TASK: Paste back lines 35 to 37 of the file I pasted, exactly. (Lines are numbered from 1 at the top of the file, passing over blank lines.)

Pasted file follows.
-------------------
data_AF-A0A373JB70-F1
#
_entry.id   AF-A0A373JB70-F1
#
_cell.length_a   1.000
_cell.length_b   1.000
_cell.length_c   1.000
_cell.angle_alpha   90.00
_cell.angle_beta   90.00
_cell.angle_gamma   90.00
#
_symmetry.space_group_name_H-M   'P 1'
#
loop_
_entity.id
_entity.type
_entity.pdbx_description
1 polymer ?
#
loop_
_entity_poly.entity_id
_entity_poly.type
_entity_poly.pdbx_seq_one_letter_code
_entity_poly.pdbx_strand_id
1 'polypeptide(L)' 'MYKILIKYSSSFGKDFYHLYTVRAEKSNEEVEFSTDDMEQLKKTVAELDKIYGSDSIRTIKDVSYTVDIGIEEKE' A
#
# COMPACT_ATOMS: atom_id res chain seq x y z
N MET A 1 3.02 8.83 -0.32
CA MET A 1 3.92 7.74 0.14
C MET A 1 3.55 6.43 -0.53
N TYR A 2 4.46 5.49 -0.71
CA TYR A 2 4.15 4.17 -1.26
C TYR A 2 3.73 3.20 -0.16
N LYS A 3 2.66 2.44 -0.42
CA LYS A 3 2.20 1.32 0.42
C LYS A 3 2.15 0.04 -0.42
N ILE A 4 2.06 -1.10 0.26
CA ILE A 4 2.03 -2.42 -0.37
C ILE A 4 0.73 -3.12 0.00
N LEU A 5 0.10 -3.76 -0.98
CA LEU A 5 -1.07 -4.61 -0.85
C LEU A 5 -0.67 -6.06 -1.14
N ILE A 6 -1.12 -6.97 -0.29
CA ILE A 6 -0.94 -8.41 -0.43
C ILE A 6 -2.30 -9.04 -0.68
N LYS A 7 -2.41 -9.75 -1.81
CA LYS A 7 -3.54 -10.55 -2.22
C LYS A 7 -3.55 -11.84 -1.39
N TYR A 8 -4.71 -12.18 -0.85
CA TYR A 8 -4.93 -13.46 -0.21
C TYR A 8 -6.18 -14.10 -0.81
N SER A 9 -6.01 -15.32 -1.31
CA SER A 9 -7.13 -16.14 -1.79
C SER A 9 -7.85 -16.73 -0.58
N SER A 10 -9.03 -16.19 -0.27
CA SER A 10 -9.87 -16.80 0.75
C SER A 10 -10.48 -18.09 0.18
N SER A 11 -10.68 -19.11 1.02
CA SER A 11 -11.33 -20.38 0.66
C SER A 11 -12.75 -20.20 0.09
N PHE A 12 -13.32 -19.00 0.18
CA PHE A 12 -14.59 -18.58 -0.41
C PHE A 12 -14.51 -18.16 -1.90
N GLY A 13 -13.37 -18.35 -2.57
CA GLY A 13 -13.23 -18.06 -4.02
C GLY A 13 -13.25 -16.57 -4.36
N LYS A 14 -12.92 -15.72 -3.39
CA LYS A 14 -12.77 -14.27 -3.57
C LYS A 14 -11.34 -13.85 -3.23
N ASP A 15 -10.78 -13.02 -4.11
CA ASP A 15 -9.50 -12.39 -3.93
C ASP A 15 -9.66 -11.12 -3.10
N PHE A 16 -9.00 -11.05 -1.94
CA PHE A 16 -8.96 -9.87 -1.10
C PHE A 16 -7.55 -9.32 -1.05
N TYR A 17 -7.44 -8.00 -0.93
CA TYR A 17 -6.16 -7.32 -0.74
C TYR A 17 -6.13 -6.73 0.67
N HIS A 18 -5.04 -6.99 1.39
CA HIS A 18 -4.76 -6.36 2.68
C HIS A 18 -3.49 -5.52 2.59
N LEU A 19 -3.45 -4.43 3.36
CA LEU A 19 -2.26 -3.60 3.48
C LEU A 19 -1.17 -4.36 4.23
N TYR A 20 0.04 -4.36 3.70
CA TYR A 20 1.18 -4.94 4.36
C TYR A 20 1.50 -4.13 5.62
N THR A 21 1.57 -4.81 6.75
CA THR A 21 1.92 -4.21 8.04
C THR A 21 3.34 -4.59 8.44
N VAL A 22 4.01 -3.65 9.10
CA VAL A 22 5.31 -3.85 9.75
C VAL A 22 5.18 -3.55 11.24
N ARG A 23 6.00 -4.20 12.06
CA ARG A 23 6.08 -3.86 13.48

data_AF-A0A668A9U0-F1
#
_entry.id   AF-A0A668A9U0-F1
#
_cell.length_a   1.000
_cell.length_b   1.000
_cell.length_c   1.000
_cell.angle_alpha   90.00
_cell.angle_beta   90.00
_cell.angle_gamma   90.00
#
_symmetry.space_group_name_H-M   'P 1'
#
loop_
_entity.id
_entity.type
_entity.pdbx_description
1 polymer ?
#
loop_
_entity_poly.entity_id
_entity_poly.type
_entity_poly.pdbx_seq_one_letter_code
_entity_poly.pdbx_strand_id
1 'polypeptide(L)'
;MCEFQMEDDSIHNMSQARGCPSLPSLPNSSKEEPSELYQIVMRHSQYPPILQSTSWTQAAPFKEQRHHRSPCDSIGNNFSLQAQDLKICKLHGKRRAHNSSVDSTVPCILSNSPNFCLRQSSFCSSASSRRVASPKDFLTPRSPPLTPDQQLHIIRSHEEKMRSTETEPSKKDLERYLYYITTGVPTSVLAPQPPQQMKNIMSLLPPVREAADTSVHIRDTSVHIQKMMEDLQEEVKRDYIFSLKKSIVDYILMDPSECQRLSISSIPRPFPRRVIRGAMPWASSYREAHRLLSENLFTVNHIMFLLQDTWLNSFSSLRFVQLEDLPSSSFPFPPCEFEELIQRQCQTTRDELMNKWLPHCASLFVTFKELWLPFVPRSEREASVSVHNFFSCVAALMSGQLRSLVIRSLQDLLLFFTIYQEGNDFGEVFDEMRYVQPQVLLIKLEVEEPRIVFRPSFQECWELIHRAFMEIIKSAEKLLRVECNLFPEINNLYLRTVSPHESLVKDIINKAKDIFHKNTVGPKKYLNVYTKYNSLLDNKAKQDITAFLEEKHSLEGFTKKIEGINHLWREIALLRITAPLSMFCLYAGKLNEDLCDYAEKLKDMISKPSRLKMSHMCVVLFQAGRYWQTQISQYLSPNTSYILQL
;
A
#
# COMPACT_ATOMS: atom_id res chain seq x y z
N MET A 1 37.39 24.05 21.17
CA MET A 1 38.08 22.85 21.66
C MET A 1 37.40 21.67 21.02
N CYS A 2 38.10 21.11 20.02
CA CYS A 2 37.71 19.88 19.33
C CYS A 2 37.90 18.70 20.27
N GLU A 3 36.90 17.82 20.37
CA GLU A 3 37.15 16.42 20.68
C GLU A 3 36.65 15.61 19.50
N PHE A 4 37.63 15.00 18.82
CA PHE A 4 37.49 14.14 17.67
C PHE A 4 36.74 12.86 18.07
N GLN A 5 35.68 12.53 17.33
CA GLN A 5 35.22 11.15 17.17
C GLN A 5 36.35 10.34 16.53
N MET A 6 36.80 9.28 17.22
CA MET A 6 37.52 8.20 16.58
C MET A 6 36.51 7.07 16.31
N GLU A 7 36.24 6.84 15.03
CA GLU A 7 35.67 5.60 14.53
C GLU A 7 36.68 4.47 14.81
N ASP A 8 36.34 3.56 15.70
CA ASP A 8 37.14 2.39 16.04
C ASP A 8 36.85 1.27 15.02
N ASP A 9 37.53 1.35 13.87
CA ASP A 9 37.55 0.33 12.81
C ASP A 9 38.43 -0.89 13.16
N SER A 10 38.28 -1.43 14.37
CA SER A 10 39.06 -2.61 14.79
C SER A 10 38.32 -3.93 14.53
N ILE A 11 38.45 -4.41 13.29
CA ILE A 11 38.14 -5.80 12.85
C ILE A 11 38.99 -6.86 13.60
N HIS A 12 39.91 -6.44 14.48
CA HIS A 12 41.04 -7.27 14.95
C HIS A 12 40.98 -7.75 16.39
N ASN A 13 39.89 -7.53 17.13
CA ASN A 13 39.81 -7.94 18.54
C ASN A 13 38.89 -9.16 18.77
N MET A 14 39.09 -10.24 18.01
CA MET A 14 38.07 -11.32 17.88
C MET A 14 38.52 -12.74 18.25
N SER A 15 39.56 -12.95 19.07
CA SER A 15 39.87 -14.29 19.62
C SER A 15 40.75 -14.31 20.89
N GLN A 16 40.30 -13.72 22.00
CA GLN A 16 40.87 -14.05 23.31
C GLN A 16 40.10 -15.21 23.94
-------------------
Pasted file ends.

CA LYS A 3 2.20 1.32 0.42
C LYS A 3 2.15 0.04 -0.42
N ILE A 4 2.06 -1.10 0.26